Funeral of Pope St. John Paul II, Archbishop Dziwisz covers the pope’s face with a veil.

An explanation about the tradition of a face cloth for burial may be helpful in understanding its profound significance:  In the funeral rites for priests in some Eastern churches, the veil which was used to cover the chalice and paten were placed on the face of the deceased priest. (The cloth used to cover the chalice and paten had a particular liturgical symbolism linked to the Face of Christ as well.) It was done as a symbol of both the strength and protection of God, and also of the tomb of Christ–an expression of belief in the Resurrection. In Jewish burial custom, a deceased priest’s face would be anointed with oil and then covered with a white cloth, and would have been done for Jesus.

When Pope St. John Paul II was being laid in his coffin, Archbishops Marini and Stanley Dziwisz had the honor of placing a white silk veil over the face of the pope. Poignantly, the choir sang the words from Psalm 42, “My soul thirsts for God, the living God; when will I come and see the Face of the Lord?” Many wondered about the action of covering the pope’s face with a veil because this was the first time it had been done, but was at the request of Pope John Paul II, who had dedicated the millennium to the Face of Christ.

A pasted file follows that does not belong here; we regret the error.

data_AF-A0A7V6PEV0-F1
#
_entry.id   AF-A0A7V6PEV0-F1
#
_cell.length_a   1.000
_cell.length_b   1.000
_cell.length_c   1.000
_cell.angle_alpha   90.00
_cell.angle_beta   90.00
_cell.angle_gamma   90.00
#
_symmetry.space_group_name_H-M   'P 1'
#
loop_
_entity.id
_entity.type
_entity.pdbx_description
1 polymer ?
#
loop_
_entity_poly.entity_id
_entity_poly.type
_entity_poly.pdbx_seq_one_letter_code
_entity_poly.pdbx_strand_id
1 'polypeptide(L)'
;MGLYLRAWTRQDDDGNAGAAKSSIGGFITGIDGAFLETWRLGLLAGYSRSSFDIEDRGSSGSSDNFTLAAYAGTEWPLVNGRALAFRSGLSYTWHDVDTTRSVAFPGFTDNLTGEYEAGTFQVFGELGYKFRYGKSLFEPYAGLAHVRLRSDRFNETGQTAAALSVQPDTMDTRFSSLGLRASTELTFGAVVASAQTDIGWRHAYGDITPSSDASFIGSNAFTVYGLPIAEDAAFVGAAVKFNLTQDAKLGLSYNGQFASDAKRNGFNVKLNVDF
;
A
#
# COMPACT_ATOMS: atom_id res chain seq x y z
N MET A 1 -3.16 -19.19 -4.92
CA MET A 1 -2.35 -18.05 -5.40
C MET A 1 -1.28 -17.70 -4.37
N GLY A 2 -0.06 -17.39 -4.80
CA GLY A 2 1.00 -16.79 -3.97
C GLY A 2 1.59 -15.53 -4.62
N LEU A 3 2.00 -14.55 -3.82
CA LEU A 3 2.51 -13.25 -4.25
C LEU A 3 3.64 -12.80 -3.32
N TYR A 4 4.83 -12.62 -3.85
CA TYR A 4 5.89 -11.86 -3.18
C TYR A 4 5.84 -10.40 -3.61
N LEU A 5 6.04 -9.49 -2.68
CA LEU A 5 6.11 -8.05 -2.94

Byssus “Pinna Nobilis” fit for a King! Photo: Paul Badde/EWTN

The cloth that would cover the Face of Christ would have to be made of a material fit for a King, a High Priest, and a God. Byssus, mentioned in the Bible forty times, also known as “sea-silk,” is more rare and precious than gold and it has an exceedingly fine texture which can be woven. Made from the long tough silky filaments of Pinna Nobilis mollusks that anchor them to the seabed, it is strong enough to resist the extreme hydrodynamic forces of the sea. Byssus has a shimmering, iridescent quality which reflects light. It is extremely delicate, yet strong at the same time. It resists water, weak acids, bases, ethers, and alcohols. Byssus cannot be painted, as it does not retain pigments, it can only be dyed; and then, only purple.  It can also last for more than 2000 years.

Kurt Cardinal Koch contemplates the Veil “not made by human hands” of Manoppello. Sheer and delicate, yet the Face is visible. Photo: Paul Badde/EWTN